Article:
Wednesday, 9 November 2011

Shh... I'm learning!

Shh... I'm learning! Credit: inubleachanimefan
As I mentioned in a previous post, I spent the summer teaching English to foreign children aged between 13 and 18. One of the key methods employed in the Teaching of English as a Foreign Language (TEFL) is speaking and listening. What better way to learn a language than to be chucked in the deep end and forced to converse with others, listening to what they're saying and replying back?

Initially, while I didn't particularly struggle, I did have to adapt my teaching style to include much more speaking and listening than I was used to. I didn't think too much about it at the time, but looking back I'm really glad that I changed the way I teach because it soon became apparent that Talk for Learning (TFL) is an incredibly useful, and apparently oft-overlooked, learning tool not just in TEFL but in native-language schools too.

At the very basic level, talking is where all learning begins. As Vygotsky mentions, 

'Real concepts are impossible without words, and thinking in concepts does not exist beyond verbal thinking'

but I wanted to talk about the use of TFL at later developmental stages. Namely, the use of discussions over more traditional methods of learning like reading and writing.

As I used more and more activities to enable my students to talk to each other, I became aware of how little I used the process in schools. Every teacher uses small examples like talk partners, but it's not often I see or use open discussions with children with little to no recording, which is a shame. I think the best lessons I've had have had children talking through what's going on and not having to worry about formal recording, but until I stopped to think about it I didn't realise that was the case. My favourite example is a maths lesson I taught on measurement - the children talked through the learning process of using the scales to measure correct quantities with each other in groups, converting from 'parts' to 'ml' mentally and undertaking a practical task that actively encouraged communication. In the end they hadn't recorded anything but the recipe for their new concoction, though they had recorded an awful mess on the tables.

The children really engaged with the lesson because they didn't have to worry about filling in results tables, writing methods or explanations or doing the 'boring work' of having to work out the sums - they picked up what they needed to learn and applied their knowledge of addition and ratio in a way that made them feel like they weren't even doing maths.

The one problem I came across when I was thinking about this was the assessment of TFL, mainly the fact that with written work there is hard evidence of the children's ability to write, whereas assessing talk is somewhat less formal. I would argue however, that with classroom technologies that enable children to record sound or even video to save and edit negates the 'no record' argument entirely. In fact, technology opens a whole new world of TFL - It's easier to talk to someone on the other side of the world and learn about their culture and traditions via Skype than via email or letter, so why not encourage its use more?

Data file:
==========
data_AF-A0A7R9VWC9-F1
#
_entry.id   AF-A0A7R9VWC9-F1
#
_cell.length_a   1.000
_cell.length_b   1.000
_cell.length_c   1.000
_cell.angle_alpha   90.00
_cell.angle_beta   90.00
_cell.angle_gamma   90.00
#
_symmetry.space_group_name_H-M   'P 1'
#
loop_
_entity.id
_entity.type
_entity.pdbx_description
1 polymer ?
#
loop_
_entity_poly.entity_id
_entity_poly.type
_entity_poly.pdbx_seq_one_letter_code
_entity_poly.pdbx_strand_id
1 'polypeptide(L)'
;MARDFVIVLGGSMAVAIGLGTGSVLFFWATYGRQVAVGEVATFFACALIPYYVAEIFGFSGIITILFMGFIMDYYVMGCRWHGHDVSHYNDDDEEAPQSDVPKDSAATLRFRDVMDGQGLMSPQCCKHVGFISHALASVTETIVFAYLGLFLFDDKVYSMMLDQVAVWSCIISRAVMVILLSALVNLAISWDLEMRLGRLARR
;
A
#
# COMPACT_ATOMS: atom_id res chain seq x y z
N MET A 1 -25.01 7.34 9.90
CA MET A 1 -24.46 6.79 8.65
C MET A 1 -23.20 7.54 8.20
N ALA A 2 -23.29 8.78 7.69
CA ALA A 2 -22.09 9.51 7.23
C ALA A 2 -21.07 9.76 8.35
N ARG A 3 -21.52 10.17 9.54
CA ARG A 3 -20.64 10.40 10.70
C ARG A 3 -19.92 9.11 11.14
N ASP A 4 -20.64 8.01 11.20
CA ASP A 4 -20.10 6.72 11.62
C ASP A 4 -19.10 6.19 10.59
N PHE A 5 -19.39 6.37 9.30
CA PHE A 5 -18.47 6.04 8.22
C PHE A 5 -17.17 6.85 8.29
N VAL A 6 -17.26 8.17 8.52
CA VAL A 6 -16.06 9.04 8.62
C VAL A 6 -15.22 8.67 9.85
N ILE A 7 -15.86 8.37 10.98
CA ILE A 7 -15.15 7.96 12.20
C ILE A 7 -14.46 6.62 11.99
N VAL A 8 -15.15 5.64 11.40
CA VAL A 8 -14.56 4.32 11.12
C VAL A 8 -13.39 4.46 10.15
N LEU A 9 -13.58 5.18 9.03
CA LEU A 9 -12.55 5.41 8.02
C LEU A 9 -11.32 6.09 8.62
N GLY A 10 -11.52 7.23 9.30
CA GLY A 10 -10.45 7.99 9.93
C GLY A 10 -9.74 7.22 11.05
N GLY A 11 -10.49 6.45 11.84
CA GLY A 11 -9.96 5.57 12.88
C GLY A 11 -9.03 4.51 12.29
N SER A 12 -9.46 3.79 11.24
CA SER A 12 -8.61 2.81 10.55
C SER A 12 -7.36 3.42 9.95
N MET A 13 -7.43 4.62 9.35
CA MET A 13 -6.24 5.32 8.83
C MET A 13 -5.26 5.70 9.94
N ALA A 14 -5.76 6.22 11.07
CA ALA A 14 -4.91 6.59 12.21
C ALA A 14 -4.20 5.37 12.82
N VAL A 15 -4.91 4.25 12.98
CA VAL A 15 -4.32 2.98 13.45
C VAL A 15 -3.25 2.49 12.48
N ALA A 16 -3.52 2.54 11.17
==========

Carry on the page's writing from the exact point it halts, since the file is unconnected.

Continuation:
I decided to ask some of my former students what their thoughts were on how much I'd made them talk and if they preferred reading or writing instead. Selma, from Germany, made a balanced argument, saying

"Both is important, because if I just listen or just talk I can't improve my writing skills..and the other way around's the same! But reading/writing is sometimes really boring so I think I also prefer talking!

I quite liked this answer, diplomatic as it may be, because it not only highlights the fact that not all students prefer talking but also makes the connection between all three facets of language - they are all mutually dependent. Jasmin, another one of my German students, has this to say-

"If you cannot spontaneously think and speak about a problem in class, you may not be able to do it when you have an exam text either and need to think about it"

This continues the theme of what Selma was saying - the processes of reading, writing and speaking and listening are inherently linked. Jasmin makes a connection to Vygotsky's point about not being able to think without language, so the development of speech is incredibly imporant. Jone, one of my Spanish students, had a slightly briefer though quite fascinating point -

"Talking. Talking is more natural than writing."

This links really well to what Vygotsky said - Vocalising thoughts comes a lot more naturally than writing or reading and I think that children should be encouraged to use the method that makes them feel most comfortable. That isn't to say that I will forgo reading or writing by a long shot, but I think that Talk for Learning needs a much more prominent role in the classroom if we are to develop more confident children. I feel I am not going to have a quiet classroom and I'm proud to say it.

VYGOTSKIĬ, L. S., & COLE, M. (1978). Mind in society: the development of higher psychological processes. Cambridge, Harvard University Press.

And thanks to Jone, Jasmin and Selma for answering my questions!

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